The recollection imprinted on my heart the conviction of a light-filled identity infinitely more fundamental. But most important, I was overcome with shame at the realization I had also given away my own power many times. I felt humiliated at my lack of discipline and self-confidence, my own failures to accomplish my goals. Behind the mask, I wept.Sedna's potential had not yet found a form to express itself. Living with the bird man, the raven, was the beginning of Her transformative descent and awakening.

But her life force was strong, and her descent fueled Her desire to find a way to participate in life. Sedna's suffering is also about actualization. So many people have creative and healing power they are unable to realize: not for lack of capacity, but because of beliefs, habits, and attitudes they hold about themselves.

My personal version of the bird man, the false husband, was my first marriage. It was a destructive time that left me with responsibilities for the lives of five small children. Through the mask of Sedna I begged people in the audience to touch the broken stumps of my limbs; I begged them not to despise those who make mistakes. I implored them to engage, to heal her. The fear, rejection and betrayal impelled Sedna to face the "what is" of Her existence. It prevented her from being blind to her true situation.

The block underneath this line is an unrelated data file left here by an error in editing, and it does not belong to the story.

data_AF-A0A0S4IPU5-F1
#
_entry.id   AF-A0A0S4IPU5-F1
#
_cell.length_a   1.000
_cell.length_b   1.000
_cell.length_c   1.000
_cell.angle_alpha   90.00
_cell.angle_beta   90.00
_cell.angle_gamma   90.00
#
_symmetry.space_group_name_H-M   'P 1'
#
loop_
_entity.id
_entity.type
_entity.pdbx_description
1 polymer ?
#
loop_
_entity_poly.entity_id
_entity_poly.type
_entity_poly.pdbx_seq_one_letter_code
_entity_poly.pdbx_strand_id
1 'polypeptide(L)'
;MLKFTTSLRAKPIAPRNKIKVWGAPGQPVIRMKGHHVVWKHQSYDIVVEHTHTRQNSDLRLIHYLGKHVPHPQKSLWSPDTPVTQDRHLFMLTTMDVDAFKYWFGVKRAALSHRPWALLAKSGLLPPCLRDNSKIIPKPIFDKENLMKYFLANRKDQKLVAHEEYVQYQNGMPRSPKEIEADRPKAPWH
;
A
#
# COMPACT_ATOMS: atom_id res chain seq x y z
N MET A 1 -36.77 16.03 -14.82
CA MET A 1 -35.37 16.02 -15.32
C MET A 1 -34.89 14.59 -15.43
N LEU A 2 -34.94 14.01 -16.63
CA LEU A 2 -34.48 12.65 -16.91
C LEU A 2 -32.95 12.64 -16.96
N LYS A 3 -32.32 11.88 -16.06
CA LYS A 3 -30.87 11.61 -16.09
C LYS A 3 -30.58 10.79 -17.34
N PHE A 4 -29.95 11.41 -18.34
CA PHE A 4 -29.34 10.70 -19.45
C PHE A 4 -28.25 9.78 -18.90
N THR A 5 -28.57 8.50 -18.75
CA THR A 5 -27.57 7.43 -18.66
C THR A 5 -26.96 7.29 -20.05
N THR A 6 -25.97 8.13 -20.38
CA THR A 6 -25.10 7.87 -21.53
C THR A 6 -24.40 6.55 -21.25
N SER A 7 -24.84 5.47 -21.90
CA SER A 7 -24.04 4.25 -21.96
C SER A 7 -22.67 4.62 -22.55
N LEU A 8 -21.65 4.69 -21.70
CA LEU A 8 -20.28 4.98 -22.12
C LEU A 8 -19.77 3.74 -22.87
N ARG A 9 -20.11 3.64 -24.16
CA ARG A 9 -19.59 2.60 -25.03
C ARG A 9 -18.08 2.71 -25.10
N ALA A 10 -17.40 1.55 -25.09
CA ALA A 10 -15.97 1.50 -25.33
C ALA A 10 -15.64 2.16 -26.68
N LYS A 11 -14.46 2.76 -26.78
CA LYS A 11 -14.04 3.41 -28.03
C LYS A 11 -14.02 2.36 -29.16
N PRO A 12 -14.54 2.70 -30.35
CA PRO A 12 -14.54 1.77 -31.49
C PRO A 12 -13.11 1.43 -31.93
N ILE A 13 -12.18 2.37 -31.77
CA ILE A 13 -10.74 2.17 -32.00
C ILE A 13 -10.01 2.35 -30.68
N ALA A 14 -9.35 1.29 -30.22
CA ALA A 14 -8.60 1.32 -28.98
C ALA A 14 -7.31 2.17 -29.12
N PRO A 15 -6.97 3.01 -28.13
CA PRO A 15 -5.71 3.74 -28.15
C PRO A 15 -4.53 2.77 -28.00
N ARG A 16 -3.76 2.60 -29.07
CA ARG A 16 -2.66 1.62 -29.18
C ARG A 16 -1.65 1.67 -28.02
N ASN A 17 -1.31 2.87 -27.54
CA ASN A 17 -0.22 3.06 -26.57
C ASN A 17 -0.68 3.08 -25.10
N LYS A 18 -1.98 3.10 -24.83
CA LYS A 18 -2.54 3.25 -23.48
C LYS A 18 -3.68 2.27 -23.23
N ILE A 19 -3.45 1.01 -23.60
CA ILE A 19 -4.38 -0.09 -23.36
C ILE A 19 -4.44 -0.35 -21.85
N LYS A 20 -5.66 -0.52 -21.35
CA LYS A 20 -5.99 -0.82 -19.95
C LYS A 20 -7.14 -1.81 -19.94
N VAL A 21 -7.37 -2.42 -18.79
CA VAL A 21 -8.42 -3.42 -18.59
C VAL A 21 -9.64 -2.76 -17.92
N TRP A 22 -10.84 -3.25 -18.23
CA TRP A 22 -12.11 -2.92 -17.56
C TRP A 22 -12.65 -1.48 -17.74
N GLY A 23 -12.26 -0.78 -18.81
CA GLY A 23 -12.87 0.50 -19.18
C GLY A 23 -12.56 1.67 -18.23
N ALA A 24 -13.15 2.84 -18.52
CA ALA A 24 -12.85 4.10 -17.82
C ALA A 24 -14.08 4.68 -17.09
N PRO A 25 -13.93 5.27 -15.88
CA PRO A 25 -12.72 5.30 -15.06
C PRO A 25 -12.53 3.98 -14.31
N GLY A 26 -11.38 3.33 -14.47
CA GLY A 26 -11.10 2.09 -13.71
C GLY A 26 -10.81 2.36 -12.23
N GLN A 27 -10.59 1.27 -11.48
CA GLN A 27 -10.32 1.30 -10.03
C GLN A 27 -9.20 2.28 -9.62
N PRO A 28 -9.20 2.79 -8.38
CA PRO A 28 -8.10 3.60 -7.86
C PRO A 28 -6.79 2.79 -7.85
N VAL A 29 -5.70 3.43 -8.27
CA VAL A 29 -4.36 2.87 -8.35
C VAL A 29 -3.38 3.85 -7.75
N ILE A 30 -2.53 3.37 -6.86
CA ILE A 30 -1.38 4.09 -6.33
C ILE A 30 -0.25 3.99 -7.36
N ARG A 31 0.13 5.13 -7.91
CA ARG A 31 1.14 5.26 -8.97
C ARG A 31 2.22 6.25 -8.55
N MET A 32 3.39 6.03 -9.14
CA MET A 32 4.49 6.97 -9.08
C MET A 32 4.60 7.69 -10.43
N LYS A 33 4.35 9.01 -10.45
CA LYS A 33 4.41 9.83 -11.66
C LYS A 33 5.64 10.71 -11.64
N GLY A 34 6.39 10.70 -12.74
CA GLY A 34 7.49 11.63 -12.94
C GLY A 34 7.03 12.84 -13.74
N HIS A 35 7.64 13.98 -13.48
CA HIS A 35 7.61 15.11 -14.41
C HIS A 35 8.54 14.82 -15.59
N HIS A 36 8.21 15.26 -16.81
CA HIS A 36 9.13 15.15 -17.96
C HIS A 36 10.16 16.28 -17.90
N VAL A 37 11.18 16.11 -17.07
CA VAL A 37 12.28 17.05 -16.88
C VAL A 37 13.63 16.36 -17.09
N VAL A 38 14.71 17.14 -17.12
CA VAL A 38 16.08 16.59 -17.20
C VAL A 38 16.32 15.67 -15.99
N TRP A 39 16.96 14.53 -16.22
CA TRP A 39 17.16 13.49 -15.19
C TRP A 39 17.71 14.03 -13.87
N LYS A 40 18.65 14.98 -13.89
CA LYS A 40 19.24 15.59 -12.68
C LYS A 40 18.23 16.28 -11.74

Everyone will ultimately lose their innocence, be betrayed. How we grow from these experiences is what matters. Behind the mask my own courage to face certain personal truths arose. One was admitting the frequent invisibility of a person's true capacities to the outside world. I accepted my own invisibility as an older woman, and my sense of having an incomplete destiny, as the truth of my own "here and now". I felt Sedna truly inhabited me, she felt seen; understood, she was willing to be revealed. And I was willing to come to terms with my own situation.

Sedna evolved through sacrifice and suffering. She created of Her very being, her hands and her fingers, what was needed by the community - the food to sustain the lives of her people. For myself, lifting veils of denial provided me with the self-acceptance that grants new freedom. Sedna's double-sided mask, half-skeleton and half-human, gives her the aspect of resurrection.

Sedna did not lose Her capacity to participate in life. Instead, She transformed.


IPhotos by Peter Hughes, Thomas Lux and Ann Beam